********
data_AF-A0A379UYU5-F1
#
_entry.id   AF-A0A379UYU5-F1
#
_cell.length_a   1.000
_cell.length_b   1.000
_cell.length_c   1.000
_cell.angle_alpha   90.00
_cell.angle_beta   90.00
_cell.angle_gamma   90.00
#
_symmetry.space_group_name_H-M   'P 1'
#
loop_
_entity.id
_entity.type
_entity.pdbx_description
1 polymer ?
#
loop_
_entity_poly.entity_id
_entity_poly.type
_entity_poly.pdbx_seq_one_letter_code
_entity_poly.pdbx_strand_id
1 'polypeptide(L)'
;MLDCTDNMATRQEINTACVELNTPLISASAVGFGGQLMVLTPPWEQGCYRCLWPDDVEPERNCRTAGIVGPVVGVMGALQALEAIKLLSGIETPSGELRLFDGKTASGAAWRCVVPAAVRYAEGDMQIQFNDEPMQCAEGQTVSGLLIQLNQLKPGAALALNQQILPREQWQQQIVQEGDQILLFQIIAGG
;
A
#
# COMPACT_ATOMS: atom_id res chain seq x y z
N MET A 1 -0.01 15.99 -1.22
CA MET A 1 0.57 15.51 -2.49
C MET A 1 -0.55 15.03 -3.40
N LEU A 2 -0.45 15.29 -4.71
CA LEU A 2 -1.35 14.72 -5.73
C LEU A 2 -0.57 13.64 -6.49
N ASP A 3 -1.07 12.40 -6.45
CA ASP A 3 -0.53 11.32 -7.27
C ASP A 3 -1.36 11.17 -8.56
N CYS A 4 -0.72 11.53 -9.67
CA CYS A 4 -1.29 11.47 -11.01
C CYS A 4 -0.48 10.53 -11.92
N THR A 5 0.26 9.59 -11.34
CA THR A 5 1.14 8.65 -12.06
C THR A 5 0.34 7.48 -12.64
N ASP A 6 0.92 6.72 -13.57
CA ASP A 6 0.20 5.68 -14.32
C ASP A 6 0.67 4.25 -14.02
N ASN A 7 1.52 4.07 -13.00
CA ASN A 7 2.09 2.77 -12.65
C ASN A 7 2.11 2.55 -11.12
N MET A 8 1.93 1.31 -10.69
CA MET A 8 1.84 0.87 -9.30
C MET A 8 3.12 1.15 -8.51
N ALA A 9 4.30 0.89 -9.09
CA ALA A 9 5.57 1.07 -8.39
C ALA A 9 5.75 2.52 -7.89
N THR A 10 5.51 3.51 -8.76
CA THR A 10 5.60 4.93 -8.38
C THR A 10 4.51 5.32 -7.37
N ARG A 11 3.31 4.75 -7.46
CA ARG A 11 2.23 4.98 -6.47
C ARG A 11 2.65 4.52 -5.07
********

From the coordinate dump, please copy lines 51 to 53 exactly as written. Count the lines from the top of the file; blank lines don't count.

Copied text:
C ASN A 7 2.11 2.55 -11.12
N MET A 8 1.93 1.31 -10.69
CA MET A 8 1.84 0.87 -9.30